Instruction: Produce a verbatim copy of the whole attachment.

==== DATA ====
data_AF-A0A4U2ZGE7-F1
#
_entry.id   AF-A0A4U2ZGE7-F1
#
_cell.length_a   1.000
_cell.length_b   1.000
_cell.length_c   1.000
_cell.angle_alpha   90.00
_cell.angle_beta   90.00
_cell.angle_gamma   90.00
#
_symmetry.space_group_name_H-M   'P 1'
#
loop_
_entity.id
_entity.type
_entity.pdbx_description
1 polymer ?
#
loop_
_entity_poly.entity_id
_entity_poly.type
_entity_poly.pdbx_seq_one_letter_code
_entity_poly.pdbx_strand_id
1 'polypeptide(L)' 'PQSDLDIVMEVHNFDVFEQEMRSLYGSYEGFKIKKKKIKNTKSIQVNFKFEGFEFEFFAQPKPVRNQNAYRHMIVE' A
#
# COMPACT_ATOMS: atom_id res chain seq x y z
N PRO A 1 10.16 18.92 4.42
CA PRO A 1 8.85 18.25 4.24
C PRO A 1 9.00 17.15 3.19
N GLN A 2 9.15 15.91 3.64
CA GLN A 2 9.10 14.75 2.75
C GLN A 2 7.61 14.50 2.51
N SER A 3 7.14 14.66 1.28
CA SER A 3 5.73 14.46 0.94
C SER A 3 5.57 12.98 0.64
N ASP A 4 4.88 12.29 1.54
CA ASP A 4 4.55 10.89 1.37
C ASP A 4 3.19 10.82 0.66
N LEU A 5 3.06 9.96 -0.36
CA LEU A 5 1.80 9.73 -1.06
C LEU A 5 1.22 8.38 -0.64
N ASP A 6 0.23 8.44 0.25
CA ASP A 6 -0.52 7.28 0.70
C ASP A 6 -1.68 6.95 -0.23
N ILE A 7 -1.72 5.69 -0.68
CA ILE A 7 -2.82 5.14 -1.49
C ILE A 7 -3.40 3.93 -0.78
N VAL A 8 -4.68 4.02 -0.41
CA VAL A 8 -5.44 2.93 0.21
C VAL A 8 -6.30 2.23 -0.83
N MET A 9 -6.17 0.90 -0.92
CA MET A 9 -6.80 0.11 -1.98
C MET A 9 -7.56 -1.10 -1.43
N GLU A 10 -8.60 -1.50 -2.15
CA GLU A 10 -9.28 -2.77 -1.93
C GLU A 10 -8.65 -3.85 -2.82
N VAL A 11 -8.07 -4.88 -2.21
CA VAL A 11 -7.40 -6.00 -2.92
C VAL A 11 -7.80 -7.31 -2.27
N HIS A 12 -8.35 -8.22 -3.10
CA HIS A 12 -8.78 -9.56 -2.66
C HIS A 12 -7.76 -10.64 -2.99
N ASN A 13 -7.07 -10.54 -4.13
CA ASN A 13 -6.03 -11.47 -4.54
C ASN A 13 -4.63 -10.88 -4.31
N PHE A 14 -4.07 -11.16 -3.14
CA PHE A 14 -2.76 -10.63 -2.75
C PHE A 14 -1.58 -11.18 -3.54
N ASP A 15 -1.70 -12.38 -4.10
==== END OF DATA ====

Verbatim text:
data_AF-A0A4U2ZGE7-F1
#
_entry.id   AF-A0A4U2ZGE7-F1
#
_cell.length_a   1.000
_cell.length_b   1.000
_cell.length_c   1.000
_cell.angle_alpha   90.00
_cell.angle_beta   90.00
_cell.angle_gamma   90.00
#
_symmetry.space_group_name_H-M   'P 1'
#
loop_
_entity.id
_entity.type
_entity.pdbx_description
1 polymer ?
#
loop_
_entity_poly.entity_id
_entity_poly.type
_entity_poly.pdbx_seq_one_letter_code
_entity_poly.pdbx_strand_id
1 'polypeptide(L)' 'PQSDLDIVMEVHNFDVFEQEMRSLYGSYEGFKIKKKKIKNTKSIQVNFKFEGFEFEFFAQPKPVRNQNAYRHMIVE' A
#
# COMPACT_ATOMS: atom_id res chain seq x y z
N PRO A 1 10.16 18.92 4.42
CA PRO A 1 8.85 18.25 4.24
C PRO A 1 9.00 17.15 3.19
N GLN A 2 9.15 15.91 3.64
CA GLN A 2 9.10 14.75 2.75
C GLN A 2 7.61 14.50 2.51
N SER A 3 7.14 14.66 1.28
CA SER A 3 5.73 14.46 0.94
C SER A 3 5.57 12.98 0.64
N ASP A 4 4.88 12.29 1.54
CA ASP A 4 4.55 10.89 1.37
C ASP A 4 3.19 10.82 0.66
N LEU A 5 3.06 9.96 -0.36
CA LEU A 5 1.80 9.73 -1.06
C LEU A 5 1.22 8.38 -0.64
N ASP A 6 0.23 8.44 0.25
CA ASP A 6 -0.52 7.28 0.70
C ASP A 6 -1.68 6.95 -0.23
N ILE A 7 -1.72 5.69 -0.68
CA ILE A 7 -2.82 5.14 -1.49
C ILE A 7 -3.40 3.93 -0.78
N VAL A 8 -4.68 4.02 -0.41
CA VAL A 8 -5.44 2.93 0.21
C VAL A 8 -6.30 2.23 -0.83
N MET A 9 -6.17 0.90 -0.92
CA MET A 9 -6.80 0.11 -1.98
C MET A 9 -7.56 -1.10 -1.43
N GLU A 10 -8.60 -1.50 -2.15
CA GLU A 10 -9.28 -2.77 -1.93
C GLU A 10 -8.65 -3.85 -2.82
N VAL A 11 -8.07 -4.88 -2.21
CA VAL A 11 -7.40 -6.00 -2.92
C VAL A 11 -7.80 -7.31 -2.27
N HIS A 12 -8.35 -8.22 -3.10
CA HIS A 12 -8.78 -9.56 -2.66
C HIS A 12 -7.76 -10.64 -2.99
N ASN A 13 -7.07 -10.54 -4.13
CA ASN A 13 -6.03 -11.47 -4.54
C ASN A 13 -4.63 -10.88 -4.31
N PHE A 14 -4.07 -11.16 -3.14
CA PHE A 14 -2.76 -10.63 -2.75
C PHE A 14 -1.58 -11.18 -3.54
N ASP A 15 -1.70 -12.38 -4.10